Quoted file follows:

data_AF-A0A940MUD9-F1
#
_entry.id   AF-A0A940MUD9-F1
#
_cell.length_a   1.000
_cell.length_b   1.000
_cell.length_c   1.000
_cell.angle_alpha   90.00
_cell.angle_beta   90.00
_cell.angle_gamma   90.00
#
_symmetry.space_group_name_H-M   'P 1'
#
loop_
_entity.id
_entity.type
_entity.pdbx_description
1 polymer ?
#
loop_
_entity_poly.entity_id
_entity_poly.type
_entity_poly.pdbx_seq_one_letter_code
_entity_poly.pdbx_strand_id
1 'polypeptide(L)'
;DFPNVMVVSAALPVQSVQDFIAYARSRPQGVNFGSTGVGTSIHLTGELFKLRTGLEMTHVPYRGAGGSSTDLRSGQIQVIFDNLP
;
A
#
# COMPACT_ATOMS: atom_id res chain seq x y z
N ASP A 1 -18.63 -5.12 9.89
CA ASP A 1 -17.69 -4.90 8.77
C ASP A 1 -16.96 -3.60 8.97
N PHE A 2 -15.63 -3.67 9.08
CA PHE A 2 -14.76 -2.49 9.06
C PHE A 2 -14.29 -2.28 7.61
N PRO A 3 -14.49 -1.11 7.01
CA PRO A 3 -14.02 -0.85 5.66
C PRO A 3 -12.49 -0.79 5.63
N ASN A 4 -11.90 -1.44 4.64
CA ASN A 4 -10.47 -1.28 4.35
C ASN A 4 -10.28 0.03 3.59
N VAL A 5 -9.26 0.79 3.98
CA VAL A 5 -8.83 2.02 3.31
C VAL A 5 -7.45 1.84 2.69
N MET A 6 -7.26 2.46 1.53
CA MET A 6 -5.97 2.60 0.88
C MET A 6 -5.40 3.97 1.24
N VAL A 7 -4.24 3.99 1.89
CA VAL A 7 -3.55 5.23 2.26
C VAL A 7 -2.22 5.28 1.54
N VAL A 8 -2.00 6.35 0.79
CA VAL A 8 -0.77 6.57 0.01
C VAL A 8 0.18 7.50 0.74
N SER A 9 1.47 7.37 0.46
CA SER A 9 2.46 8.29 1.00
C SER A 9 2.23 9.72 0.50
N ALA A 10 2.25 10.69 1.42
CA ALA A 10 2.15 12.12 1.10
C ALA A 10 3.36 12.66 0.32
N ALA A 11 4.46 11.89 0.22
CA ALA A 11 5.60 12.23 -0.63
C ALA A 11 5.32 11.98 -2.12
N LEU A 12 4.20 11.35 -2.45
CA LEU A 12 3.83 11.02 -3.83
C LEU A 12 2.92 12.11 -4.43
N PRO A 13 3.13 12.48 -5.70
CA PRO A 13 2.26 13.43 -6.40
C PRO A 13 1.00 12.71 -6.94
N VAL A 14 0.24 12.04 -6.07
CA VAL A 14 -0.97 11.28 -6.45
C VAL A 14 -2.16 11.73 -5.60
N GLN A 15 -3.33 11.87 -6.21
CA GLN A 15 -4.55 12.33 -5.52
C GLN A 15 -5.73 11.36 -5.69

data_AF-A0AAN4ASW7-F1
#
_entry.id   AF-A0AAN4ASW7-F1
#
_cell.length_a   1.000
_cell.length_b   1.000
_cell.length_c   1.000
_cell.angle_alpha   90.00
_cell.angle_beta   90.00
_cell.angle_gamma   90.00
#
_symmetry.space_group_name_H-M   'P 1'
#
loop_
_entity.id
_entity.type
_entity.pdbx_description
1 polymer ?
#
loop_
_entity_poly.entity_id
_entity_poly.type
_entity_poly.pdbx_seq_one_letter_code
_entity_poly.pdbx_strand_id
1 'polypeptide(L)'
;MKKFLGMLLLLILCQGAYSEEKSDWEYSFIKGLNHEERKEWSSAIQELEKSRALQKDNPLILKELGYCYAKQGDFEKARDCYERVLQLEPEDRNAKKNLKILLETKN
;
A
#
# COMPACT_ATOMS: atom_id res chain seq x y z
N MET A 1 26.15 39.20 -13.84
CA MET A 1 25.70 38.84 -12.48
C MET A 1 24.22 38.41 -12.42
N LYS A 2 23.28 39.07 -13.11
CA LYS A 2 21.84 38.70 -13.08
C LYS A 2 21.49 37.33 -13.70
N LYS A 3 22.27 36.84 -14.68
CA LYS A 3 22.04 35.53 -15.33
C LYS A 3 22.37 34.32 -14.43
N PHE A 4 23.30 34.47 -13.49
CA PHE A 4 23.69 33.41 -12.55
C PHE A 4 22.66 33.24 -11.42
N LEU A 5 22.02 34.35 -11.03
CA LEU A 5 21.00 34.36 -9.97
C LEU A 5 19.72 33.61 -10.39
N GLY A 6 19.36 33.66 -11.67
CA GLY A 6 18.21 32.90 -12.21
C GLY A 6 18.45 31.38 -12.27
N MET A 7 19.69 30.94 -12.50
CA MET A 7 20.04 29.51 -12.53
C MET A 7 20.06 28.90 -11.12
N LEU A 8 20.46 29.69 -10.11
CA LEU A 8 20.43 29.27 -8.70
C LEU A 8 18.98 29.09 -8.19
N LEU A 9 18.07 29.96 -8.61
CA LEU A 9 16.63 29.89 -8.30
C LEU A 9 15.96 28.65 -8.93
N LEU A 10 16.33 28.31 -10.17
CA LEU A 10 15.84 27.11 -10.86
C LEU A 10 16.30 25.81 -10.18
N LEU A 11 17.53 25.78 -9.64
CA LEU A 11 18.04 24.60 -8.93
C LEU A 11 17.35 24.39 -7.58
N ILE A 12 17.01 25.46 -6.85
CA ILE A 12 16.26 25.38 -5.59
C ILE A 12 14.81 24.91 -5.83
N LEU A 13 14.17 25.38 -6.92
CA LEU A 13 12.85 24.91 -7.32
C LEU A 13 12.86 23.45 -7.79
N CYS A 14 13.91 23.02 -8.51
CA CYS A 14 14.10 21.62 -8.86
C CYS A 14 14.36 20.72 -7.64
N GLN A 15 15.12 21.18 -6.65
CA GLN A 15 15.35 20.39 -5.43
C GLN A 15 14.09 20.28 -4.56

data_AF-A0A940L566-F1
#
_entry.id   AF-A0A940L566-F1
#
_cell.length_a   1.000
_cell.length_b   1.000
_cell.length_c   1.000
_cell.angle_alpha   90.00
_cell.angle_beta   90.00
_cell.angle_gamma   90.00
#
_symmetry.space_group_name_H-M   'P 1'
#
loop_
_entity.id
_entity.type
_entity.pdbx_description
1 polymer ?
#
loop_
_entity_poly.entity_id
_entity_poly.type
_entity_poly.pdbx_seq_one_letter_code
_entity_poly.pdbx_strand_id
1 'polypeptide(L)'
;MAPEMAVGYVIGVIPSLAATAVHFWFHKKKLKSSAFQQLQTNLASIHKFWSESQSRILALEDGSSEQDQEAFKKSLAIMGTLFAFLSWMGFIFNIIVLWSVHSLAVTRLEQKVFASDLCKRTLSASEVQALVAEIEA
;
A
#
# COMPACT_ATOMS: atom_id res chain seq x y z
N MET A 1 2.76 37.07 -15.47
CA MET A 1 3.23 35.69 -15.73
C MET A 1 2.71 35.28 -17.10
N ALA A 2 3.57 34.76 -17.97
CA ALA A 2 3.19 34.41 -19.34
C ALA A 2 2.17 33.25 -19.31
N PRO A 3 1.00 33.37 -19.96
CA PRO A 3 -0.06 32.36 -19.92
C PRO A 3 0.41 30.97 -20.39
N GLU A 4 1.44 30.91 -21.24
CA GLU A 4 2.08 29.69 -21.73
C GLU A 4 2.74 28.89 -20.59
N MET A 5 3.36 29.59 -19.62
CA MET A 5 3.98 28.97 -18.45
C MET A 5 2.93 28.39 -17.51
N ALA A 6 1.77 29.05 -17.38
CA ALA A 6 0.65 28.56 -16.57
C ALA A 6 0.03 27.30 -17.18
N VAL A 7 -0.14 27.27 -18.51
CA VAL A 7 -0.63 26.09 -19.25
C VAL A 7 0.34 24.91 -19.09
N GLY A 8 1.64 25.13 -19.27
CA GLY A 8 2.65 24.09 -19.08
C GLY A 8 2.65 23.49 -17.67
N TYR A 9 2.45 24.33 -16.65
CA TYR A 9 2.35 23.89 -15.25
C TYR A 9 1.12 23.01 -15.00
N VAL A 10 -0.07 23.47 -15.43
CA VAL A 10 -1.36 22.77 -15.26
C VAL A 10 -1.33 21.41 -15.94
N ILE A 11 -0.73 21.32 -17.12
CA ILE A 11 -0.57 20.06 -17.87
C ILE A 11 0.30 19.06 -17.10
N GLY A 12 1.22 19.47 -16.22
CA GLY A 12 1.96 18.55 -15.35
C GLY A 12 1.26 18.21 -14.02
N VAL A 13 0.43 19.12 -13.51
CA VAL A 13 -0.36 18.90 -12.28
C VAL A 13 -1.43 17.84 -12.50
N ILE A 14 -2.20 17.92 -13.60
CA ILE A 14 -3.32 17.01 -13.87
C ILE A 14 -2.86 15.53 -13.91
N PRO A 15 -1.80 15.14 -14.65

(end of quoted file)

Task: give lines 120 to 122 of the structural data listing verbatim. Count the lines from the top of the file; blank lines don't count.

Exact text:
C LEU A 5 19.72 33.61 -10.39
N GLY A 6 19.36 33.66 -11.67
CA GLY A 6 18.21 32.90 -12.21